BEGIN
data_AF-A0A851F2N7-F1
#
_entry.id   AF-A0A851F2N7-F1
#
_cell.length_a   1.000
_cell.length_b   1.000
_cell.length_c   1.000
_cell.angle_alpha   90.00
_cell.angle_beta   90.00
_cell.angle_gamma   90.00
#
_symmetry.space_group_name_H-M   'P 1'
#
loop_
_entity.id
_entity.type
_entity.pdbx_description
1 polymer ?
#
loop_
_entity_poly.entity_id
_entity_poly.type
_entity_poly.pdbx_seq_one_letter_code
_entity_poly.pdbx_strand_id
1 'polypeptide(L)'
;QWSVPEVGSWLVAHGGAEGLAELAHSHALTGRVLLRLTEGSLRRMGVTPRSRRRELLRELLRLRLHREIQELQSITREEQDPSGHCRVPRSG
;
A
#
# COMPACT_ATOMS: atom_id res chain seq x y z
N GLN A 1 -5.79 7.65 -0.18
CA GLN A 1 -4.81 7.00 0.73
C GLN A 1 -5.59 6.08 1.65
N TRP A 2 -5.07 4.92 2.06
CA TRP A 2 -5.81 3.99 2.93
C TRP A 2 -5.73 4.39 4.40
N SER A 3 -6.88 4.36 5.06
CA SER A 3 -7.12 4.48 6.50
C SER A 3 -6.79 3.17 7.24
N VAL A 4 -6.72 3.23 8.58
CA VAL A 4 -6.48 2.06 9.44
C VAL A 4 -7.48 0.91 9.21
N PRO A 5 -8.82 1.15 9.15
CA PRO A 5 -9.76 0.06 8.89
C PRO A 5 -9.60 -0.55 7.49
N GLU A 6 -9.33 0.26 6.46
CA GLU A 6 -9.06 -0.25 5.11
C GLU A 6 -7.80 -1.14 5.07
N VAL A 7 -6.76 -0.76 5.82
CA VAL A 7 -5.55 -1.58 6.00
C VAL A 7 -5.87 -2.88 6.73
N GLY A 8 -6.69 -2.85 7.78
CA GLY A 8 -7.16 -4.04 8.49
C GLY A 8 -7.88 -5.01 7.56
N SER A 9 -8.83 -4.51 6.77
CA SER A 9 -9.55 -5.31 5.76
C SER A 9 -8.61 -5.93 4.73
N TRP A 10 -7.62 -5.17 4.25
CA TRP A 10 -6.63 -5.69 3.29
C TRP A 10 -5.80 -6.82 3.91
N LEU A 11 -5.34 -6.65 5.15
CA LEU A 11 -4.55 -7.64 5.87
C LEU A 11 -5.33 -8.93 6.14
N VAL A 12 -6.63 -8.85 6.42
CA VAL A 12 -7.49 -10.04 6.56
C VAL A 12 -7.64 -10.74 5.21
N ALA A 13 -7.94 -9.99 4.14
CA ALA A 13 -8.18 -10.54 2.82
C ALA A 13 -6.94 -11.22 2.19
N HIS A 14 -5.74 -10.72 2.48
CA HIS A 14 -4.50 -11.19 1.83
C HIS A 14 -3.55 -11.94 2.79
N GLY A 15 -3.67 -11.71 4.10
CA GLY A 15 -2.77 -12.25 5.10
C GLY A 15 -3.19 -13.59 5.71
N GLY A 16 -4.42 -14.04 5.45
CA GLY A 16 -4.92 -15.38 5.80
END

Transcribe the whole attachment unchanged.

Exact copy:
data_AF-A0A851F2N7-F1
#
_entry.id   AF-A0A851F2N7-F1
#
_cell.length_a   1.000
_cell.length_b   1.000
_cell.length_c   1.000
_cell.angle_alpha   90.00
_cell.angle_beta   90.00
_cell.angle_gamma   90.00
#
_symmetry.space_group_name_H-M   'P 1'
#
loop_
_entity.id
_entity.type
_entity.pdbx_description
1 polymer ?
#
loop_
_entity_poly.entity_id
_entity_poly.type
_entity_poly.pdbx_seq_one_letter_code
_entity_poly.pdbx_strand_id
1 'polypeptide(L)'
;QWSVPEVGSWLVAHGGAEGLAELAHSHALTGRVLLRLTEGSLRRMGVTPRSRRRELLRELLRLRLHREIQELQSITREEQDPSGHCRVPRSG
;
A
#
# COMPACT_ATOMS: atom_id res chain seq x y z
N GLN A 1 -5.79 7.65 -0.18
CA GLN A 1 -4.81 7.00 0.73
C GLN A 1 -5.59 6.08 1.65
N TRP A 2 -5.07 4.92 2.06
CA TRP A 2 -5.81 3.99 2.93
C TRP A 2 -5.73 4.39 4.40
N SER A 3 -6.88 4.36 5.06
CA SER A 3 -7.12 4.48 6.50
C SER A 3 -6.79 3.17 7.24
N VAL A 4 -6.72 3.23 8.58
CA VAL A 4 -6.48 2.06 9.44
C VAL A 4 -7.48 0.91 9.21
N PRO A 5 -8.82 1.15 9.15
CA PRO A 5 -9.76 0.06 8.89
C PRO A 5 -9.60 -0.55 7.49
N GLU A 6 -9.33 0.26 6.46
CA GLU A 6 -9.06 -0.25 5.11
C GLU A 6 -7.80 -1.14 5.07
N VAL A 7 -6.76 -0.76 5.82
CA VAL A 7 -5.55 -1.58 6.00
C VAL A 7 -5.87 -2.88 6.73
N GLY A 8 -6.69 -2.85 7.78
CA GLY A 8 -7.16 -4.04 8.49
C GLY A 8 -7.88 -5.01 7.56
N SER A 9 -8.83 -4.51 6.77
CA SER A 9 -9.55 -5.31 5.76
C SER A 9 -8.61 -5.93 4.73
N TRP A 10 -7.62 -5.17 4.25
CA TRP A 10 -6.63 -5.69 3.29
C TRP A 10 -5.80 -6.82 3.91
N LEU A 11 -5.34 -6.65 5.15
CA LEU A 11 -4.55 -7.64 5.87
C LEU A 11 -5.33 -8.93 6.14
N VAL A 12 -6.63 -8.85 6.42
CA VAL A 12 -7.49 -10.04 6.56
C VAL A 12 -7.64 -10.74 5.21
N ALA A 13 -7.94 -9.99 4.14
CA ALA A 13 -8.18 -10.54 2.82
C ALA A 13 -6.94 -11.22 2.19
N HIS A 14 -5.74 -10.72 2.48
CA HIS A 14 -4.50 -11.19 1.83
C HIS A 14 -3.55 -11.94 2.79
N GLY A 15 -3.67 -11.71 4.10
CA GLY A 15 -2.77 -12.25 5.10
C GLY A 15 -3.19 -13.59 5.71
N GLY A 16 -4.42 -14.04 5.45
CA GLY A 16 -4.92 -15.38 5.80